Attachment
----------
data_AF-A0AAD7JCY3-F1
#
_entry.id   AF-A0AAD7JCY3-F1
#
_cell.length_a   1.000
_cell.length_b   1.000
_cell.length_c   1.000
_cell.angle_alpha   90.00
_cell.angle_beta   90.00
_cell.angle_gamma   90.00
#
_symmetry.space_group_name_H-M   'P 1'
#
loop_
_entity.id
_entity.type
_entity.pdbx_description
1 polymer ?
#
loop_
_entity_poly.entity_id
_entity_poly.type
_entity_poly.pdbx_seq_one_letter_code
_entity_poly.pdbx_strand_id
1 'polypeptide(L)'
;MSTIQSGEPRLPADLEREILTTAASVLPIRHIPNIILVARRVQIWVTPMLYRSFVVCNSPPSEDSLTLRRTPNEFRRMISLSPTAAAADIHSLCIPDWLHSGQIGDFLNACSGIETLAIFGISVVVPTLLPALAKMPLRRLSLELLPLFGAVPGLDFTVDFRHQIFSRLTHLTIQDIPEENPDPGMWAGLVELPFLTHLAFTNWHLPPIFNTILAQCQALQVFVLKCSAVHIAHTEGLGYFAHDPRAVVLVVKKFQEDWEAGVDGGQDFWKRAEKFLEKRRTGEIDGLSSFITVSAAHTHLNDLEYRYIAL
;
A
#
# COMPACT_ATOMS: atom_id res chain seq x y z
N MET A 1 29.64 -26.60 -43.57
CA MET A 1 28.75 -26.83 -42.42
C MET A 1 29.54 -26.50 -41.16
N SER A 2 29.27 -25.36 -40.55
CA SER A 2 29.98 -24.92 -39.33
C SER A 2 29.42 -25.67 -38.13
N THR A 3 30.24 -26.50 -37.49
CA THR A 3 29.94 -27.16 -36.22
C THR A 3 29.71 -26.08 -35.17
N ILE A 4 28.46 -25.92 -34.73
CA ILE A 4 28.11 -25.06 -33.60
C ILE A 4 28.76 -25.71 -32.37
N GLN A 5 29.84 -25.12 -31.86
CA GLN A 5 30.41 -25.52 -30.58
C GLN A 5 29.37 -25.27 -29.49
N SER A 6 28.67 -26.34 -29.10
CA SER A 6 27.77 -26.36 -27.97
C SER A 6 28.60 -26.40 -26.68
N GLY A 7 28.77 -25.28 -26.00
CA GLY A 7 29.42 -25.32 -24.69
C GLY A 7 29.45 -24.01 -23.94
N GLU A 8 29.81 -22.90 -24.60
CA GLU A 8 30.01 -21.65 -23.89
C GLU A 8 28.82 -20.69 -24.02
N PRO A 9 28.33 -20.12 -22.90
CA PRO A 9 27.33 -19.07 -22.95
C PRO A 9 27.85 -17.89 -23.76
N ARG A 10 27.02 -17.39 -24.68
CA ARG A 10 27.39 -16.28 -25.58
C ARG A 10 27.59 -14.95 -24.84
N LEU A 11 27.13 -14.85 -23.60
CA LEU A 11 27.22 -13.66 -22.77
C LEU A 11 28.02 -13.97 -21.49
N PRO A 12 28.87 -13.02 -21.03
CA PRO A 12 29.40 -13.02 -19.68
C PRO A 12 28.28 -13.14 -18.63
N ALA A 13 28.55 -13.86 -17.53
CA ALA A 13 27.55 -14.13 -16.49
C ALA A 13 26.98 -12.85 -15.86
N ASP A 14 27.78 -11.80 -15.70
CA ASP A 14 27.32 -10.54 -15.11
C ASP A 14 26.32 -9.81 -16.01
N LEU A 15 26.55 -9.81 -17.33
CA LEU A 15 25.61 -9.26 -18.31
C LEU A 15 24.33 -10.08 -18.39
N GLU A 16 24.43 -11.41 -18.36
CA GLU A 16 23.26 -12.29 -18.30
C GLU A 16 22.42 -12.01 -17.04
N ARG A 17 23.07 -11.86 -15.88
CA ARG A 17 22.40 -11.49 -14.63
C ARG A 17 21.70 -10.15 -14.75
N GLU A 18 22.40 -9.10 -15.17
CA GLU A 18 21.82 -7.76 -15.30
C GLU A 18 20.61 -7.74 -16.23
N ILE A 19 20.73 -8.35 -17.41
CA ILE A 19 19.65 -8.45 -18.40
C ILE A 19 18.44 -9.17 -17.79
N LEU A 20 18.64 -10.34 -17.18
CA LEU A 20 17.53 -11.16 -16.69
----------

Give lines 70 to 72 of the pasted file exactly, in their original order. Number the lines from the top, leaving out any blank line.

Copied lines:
N ASP A 14 27.78 -11.80 -15.70
CA ASP A 14 27.32 -10.54 -15.11
C ASP A 14 26.32 -9.81 -16.01